Lissie already has 500,000 signatures on her Harper’s Law petition with Change.org. Petitions have to be discussed by parliament if they reach 100,000.

But Lissie wants more to ensure her upcoming crunch meeting with Priti Patel goes well.

She says: “I would really appreciate the Mirror‘s loyal readers adding their voice to my vital campaign by signing my petition. And together we will achieve Harper’s Law.”

Police alone face 30,000 physical attacks a year.

And there’s a certain irony, that one of Andrew’s only bugbears about his dream job was the soft justice his collars sometime got.

“Andrew loved his job,” she says. “But police spend a lot of time out on the streets, trying to arrest people and get the right type of justice, only for them not get the sentence that they should.”

Andrew’s family are backing Lissie all the way. She’s still and always will be, part of the family.

But Lissie’s also under no illusion Harper’s Law is one of the only things helping her get out of bed in the mornings.

She spent nine months living with her parents after Andrew’s death and only returned to their cottage in May.

Andrew and her had planned to be hearing the little pitter patter of tiny feet by now.

Instead she woke on their wedding anniversary in July to see his toothbrush still in its holder, his clothes still in the wardrobe, but only his ashes in a wooden box for company. As for a baby, well, that’s now her campaign.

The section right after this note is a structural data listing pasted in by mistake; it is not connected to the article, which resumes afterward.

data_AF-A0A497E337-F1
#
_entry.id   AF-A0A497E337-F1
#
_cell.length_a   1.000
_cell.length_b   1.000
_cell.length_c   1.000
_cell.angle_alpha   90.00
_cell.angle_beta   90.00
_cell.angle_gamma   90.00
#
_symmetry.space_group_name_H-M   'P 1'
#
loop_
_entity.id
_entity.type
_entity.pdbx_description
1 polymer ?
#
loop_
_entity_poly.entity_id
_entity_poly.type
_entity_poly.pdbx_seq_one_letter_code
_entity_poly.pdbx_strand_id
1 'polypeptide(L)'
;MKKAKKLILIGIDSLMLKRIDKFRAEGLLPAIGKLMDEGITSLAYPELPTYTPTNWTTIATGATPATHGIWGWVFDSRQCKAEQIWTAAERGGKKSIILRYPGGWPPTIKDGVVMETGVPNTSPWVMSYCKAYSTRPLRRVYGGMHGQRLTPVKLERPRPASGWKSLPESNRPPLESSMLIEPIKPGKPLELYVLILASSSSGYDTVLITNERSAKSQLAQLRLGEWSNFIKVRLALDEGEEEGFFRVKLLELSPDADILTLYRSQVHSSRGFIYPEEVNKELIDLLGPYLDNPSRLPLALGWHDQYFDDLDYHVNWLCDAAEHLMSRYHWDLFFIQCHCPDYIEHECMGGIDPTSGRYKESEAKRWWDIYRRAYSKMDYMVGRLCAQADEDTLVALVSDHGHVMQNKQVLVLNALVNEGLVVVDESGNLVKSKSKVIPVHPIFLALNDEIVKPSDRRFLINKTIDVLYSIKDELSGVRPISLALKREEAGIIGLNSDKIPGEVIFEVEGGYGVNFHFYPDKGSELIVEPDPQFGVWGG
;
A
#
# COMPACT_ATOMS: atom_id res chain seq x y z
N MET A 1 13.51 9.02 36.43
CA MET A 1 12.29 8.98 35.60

That poignant date was obviously horrendous.

“Oh yeah,” she says slowly. “I went for a walk and I got him some flowers and just remembered the happy memories we had from our wedding day. But, yeah it was hard.”

Has she brought herself to watch the wedding video yet?

“No, no, not yet. I think I will one day, but no I just can’t,” she says.

Nor can she get rid of any of his belongings. Or picture moving out of the cottage. And whether she could one day marry again is not even a seed of a thought.

The anniversary of his death was just as tough.

“It was the same pain as every other day, just more significant,” she says.

“I did all I could do – had a quiet day remembering him. I still can’t believe it’s been a year.”

Does she still think about the what ifs?

“A little bit,” she admits.

“He told me once ‘Death is just another adventure’.

There’s definitely comfort in that.”

Lissie has had some positive news recently in that the offenders’ sentences are to be reviewed by the Attorney General who felt they are too lenient.

But at the same time Cole and Bowers are appealing which Lissie describes as “quite ludicrous.”

Speaking on Wednesday, she adds: “They need to be punished for what they’ve done and what they’ve taken. I don’t think they understand quite what that is, but actually, it’s immense.”

Lissie doesn’t fear any recrimination for her stance.

“I won’t be beaten by them,” she says. “In the hard times I still talk to Andrew. I tell him that I miss him and I love him.

“That’s what’s spurring me on. I’m doing this for him now. That’s what I’ll continue to do.”